6. Because the Lord made his Human Divine from the Divine in Himself, and because it is to be approached (and this is the Son of God), therefore the Lord, who is in the both the Father and the Son, is to be believed in. This is manifest from these passages: — “As many as received Him, to them gave He power to become children of God, to them that believe in his name” (John 1:12). — “That every one that believeth in Him may not perish, but have eternal life” ( 3:15). — “God so loved the world that He gave his only-begotten Son, that every one that believeth in Him . . . might have ever lasting life” (3:16). — “He that believeth in the Son is not judged; but he that believeth not is judged already, because he hath not believed in the name of the only-begotten Son of God” (3:18). — “He that believeth in the Son hath everlasting life; but he that believeth not the Son shall not see life, but the anger of God abideth on him” (3:36). — “The bread of God is He that cometh down from heaven, and giveth life to the world. . .He that cometh to Me shall never hunger, and he that believeth in Me shall never thirst” (John 6:33, 35; 6:40; 6:28-29; 6:47; 7:37-38; 8:24; 11:25; 12:46; 8:12; 12:36; 5:25; 15:4-5; 14:20; 17:23; 14:6).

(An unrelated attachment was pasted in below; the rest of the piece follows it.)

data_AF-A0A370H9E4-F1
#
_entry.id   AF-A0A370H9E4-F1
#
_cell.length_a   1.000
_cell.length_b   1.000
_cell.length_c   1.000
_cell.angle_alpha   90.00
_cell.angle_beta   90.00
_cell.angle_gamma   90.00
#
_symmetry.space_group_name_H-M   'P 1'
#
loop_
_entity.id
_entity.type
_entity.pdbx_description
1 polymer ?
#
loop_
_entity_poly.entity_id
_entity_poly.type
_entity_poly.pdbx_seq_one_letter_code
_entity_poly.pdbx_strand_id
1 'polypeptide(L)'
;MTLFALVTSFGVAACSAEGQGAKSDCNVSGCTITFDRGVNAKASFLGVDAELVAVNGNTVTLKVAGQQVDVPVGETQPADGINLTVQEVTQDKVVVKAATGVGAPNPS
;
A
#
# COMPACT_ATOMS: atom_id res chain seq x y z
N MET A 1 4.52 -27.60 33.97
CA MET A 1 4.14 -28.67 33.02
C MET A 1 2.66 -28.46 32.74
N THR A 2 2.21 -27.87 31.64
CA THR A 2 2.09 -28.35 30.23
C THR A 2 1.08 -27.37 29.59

In these passages, and in all others where “the Father” is named, the Divine which was in the Lord from conception is meant; which, according to the doctrine of faith in the Christian world, was as the soul in the body. The Human itself from this Divine is “the Son of God.” Now because this also was made Divine, lest man should approach the Father alone, and thereby in thought, faith and thence in worship, should separate the Father from the Lord in whom He is, therefore . . . the Lord also teaches that He is to be believed in, and that man is saved by faith directed to Him. With many in Christendom no idea can be conceived of the Human being made Divine in the Lord, chiefly for the reason that they think of manfrom his material and not fromhis spiritual body; when yet all the angels who are spiritual, are also men in full form; and everything Divine which proceeds from Jehovah God, from its firsts in heaven to its lst in the world, tends to the human form.

from The Human Made Divine, Pages 133-134

Glorification of the Human

That the Lord made his Human Divine from the Divine in Himself, may be evident from many passages in the Word, of which those will now be adduced which prove:

  1. That this was done successfully; which are these: —“Jesus grew and waxed strong in spirit, filled with wisdom: and the grace of God was upon Him” (Luke 2:40). — “Jesus increased in wisdom and stature, and in favour with God and men” (Luke 2:52)